The main components of crude oil are aliphatic and aromatic hydrocarbons.1 Lower-molecular-weight aromatics—such as benzene, toluene, and xylene—are volatile organic compounds (VOCs) and evaporate within hours after the oil reaches the surface. Volatile organic compounds can cause respiratory irritation and central nervous system (CNS) depression. Benzene is known to cause leukemia in humans, and toluene is a recognized teratogen at high doses.1 Higher-molecular-weight chemicals such as naphthalene evaporate more slowly. Naphthalene is listed by the National Toxicology Program as "reasonably anticipated to cause cancer in humans" based on olfactory neuroblastomas, nasal tumors, and lung cancers in animals.2 Oil can also release hydrogen sulfide gas and contains traces of heavy metals, as well as nonvolatile polycyclic aromatic hydrocarbons (PAHs) that can contaminate the food chain. Hydrogen sulfide gas is neurotoxic and has been linked to both acute and chronic CNS effects; PAHs include mutagens and probable carcinogens.1 Burning oil generates particulate matter, which is associated with cardiac and respiratory symptoms and premature mortality. The Gulf oil spill is unique because of the large-scale use of dispersants to break up the oil slick. By late July, more than 1.8 million gallons of dispersant had been applied in the Gulf. Dispersants contain detergents, surfactants, and petroleum distillates, including respiratory irritants such as 2-butoxyethanol, propylene glycol, and sulfonic acid salts.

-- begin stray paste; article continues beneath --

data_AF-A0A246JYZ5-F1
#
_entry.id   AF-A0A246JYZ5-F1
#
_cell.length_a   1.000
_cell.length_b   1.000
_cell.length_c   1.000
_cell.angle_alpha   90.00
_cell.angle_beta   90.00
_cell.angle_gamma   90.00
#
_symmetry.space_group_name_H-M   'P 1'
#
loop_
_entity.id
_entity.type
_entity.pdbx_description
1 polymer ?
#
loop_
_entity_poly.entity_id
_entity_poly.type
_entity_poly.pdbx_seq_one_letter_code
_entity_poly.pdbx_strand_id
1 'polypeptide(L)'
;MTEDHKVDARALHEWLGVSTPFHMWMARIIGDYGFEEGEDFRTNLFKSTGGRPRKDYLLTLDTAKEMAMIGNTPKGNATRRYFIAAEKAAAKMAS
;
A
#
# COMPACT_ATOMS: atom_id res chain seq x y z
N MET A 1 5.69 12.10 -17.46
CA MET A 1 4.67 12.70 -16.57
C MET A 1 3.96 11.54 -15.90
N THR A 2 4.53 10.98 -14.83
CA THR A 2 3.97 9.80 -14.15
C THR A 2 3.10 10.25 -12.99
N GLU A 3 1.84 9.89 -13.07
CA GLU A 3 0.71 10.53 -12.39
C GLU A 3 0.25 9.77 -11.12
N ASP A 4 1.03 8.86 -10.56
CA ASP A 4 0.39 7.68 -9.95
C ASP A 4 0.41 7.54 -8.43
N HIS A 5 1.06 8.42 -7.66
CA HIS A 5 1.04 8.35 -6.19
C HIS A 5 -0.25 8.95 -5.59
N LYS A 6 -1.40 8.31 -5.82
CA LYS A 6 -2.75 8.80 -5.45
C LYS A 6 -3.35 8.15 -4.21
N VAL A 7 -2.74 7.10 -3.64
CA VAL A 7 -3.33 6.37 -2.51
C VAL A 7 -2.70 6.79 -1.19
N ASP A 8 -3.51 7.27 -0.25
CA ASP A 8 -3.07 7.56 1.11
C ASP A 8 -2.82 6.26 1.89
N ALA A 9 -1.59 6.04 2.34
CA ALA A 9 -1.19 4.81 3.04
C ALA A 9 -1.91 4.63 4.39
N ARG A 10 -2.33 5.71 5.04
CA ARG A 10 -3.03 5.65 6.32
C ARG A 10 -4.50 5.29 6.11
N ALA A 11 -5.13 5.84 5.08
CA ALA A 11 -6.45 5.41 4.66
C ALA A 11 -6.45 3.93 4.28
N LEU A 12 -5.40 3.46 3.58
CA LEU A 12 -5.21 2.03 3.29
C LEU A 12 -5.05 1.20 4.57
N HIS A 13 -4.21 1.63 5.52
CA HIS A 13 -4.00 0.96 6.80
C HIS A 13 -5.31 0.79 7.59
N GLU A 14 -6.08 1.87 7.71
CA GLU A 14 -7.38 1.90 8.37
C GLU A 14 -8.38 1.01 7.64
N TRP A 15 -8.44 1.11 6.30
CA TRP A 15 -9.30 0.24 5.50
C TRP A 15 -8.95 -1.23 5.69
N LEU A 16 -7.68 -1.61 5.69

Acute Health Effects From Oil and Dispersants

In Louisiana in the early months of the oil spill, more than 300 individuals, three-fourths of whom were cleanup workers, sought medical care for constitutional symptoms such as headaches, dizziness, nausea, vomiting, cough, respiratory distress, and chest pain. These symptoms are typical of acute exposure to hydrocarbons or hydrogen sulfide, but it is difficult to clinically distinguish toxic symptoms from other common illnesses.1

The US Environmental Protection Agency (EPA) set up an air monitoring network to test for VOCs, particulate matter, hydrogen sulfide, and naphthalene. A Centers for Disease Control and Prevention analysis of the EPA data concluded: "The levels of some of the pollutants that have been reported to date may cause temporary eye, nose, or throat irritation, nausea, or headaches, but are not thought to be high enough to cause long-term harm."3 Data posted on BP's Web site suggest that air quality for workers offshore is worse than on land. Local temperatures pose a risk of heat-related illness, which is exacerbated by wearing coveralls and respirators, implying a trade-off between protection from chemical hazards and heat.
Skin contact with oil and dispersants causes defatting, resulting in dermatitis and secondary skin infections. Some individuals may develop a dermal hypersensitivity reaction, erythema, edema, burning sensations, or a follicular rash. Some hydrocarbons are phototoxic.

Potential Long-term Health Risks

In the near term, various hydrocarbons from the oil will contaminate fish and shellfish. Although vertebrate marine life can clear PAHs from their system, these chemicals accumulate for years in invertebrates.4 The Gulf provides about two-thirds of the oysters in the United States and is a major fishery for shrimp and crab. Trace amounts of cadmium, mercury, and lead occur in crude oil and can accumulate over time in fish tissues, potentially increasing future health hazards from consumption of large fin fish such as tuna and mackerel.

Health Effects From Historic Oil Spills

After the Exxon Valdez oil spill in 1989, a total of 1811 workers' compensation claims were filed by cleanup workers; most were for acute injuries but 15% were for respiratory problems and 2% for dermatitis.5 No information is available in the peer-reviewed literature about longer-term health effects of this spill. A survey of the health status of workers 14 years after the cleanup found a greater prevalence of symptoms of chronic airway disease among workers with high oil exposures, as well as self-reports of neurological impairment and multiple chemical sensitivity.6